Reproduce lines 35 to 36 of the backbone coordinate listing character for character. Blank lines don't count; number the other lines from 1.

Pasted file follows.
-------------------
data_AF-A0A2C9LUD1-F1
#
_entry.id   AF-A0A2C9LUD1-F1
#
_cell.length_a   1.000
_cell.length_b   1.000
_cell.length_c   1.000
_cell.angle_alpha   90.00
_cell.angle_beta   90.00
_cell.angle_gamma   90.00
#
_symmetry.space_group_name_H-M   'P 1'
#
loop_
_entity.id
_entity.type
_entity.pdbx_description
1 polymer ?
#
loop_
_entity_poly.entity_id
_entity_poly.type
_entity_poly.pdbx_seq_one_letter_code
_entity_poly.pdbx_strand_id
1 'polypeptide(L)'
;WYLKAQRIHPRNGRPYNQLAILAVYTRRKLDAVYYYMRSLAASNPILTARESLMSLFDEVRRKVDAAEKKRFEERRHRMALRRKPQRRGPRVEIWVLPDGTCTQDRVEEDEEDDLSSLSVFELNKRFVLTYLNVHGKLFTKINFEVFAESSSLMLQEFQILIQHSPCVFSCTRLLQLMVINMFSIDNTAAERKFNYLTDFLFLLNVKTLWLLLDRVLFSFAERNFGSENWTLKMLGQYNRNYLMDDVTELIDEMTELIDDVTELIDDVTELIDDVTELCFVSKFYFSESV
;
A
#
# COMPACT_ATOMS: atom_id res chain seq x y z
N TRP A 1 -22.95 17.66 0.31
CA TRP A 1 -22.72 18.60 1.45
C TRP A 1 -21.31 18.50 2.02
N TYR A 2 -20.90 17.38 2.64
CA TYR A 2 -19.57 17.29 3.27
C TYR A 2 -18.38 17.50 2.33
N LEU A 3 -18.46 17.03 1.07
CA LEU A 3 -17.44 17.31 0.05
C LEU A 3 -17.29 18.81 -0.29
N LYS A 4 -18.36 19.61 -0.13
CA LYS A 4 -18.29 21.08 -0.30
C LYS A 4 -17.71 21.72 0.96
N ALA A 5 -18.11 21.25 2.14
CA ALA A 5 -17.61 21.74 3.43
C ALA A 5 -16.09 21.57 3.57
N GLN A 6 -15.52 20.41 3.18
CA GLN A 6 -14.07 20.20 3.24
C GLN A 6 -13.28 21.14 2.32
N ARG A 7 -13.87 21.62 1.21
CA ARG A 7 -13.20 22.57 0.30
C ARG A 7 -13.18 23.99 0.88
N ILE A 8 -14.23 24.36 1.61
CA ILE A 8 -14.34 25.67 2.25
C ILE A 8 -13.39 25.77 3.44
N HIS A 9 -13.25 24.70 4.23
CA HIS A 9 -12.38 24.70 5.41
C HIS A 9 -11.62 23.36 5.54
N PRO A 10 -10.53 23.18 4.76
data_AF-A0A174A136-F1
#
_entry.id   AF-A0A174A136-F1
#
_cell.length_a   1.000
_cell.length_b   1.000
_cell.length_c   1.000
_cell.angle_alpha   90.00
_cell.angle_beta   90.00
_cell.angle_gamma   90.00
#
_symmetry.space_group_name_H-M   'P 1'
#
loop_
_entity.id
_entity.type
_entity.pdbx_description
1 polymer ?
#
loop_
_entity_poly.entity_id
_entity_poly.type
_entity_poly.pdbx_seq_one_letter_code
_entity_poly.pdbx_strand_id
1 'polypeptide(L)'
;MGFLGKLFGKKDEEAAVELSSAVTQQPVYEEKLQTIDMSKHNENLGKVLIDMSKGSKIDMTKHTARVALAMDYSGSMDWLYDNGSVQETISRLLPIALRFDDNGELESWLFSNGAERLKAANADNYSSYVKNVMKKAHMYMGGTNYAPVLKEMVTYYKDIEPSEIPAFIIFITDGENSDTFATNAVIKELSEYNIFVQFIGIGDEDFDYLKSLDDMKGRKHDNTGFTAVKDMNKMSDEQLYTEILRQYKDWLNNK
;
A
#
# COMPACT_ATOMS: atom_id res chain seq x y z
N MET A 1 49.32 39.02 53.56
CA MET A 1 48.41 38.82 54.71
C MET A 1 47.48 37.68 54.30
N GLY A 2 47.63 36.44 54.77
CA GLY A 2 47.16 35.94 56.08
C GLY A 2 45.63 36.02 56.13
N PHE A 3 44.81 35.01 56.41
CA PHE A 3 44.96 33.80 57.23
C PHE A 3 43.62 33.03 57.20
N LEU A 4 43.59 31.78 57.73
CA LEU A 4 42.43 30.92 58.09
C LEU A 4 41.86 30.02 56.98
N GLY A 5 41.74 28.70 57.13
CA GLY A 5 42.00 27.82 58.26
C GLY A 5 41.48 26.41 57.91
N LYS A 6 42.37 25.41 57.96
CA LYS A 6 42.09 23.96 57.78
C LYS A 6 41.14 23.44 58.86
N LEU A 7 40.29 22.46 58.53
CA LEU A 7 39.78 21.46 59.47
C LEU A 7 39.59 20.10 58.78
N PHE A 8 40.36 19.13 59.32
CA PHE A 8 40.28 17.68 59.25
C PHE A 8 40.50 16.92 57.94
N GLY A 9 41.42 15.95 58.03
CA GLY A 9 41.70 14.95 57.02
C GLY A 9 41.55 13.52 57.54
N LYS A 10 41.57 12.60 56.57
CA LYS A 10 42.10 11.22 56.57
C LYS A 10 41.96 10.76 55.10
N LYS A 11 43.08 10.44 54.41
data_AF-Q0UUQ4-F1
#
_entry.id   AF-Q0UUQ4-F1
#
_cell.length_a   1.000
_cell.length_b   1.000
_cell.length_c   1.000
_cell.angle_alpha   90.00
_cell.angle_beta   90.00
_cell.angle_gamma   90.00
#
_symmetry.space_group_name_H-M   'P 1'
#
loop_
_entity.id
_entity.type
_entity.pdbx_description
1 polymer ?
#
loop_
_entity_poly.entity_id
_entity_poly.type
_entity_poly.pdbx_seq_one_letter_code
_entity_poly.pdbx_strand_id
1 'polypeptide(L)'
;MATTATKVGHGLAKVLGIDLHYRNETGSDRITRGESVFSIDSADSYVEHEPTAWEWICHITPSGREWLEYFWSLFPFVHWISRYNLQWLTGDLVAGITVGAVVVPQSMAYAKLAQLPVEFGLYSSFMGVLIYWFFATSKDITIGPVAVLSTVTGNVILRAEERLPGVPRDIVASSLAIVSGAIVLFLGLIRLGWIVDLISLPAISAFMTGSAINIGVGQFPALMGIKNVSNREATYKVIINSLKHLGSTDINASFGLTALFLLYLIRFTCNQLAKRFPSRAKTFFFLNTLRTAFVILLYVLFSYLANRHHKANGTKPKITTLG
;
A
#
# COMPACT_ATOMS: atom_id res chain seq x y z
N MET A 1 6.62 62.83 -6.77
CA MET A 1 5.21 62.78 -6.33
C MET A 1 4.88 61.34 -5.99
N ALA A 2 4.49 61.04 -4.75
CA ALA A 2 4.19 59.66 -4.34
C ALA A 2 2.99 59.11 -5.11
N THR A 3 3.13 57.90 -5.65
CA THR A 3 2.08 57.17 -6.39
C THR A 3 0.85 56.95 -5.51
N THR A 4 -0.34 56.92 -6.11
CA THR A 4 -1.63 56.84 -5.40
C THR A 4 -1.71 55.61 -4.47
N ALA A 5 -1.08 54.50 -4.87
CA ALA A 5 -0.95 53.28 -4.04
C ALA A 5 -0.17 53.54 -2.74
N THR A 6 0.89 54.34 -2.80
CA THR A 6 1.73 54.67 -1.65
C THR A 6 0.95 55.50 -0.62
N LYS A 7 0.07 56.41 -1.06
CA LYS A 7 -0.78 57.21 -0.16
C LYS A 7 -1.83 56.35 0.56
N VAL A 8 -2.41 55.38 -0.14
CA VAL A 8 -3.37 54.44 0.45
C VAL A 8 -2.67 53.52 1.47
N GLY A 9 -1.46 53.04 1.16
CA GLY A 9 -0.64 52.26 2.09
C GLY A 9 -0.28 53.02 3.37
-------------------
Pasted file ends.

CA TYR A 2 -19.57 17.29 3.27
C TYR A 2 -18.38 17.50 2.33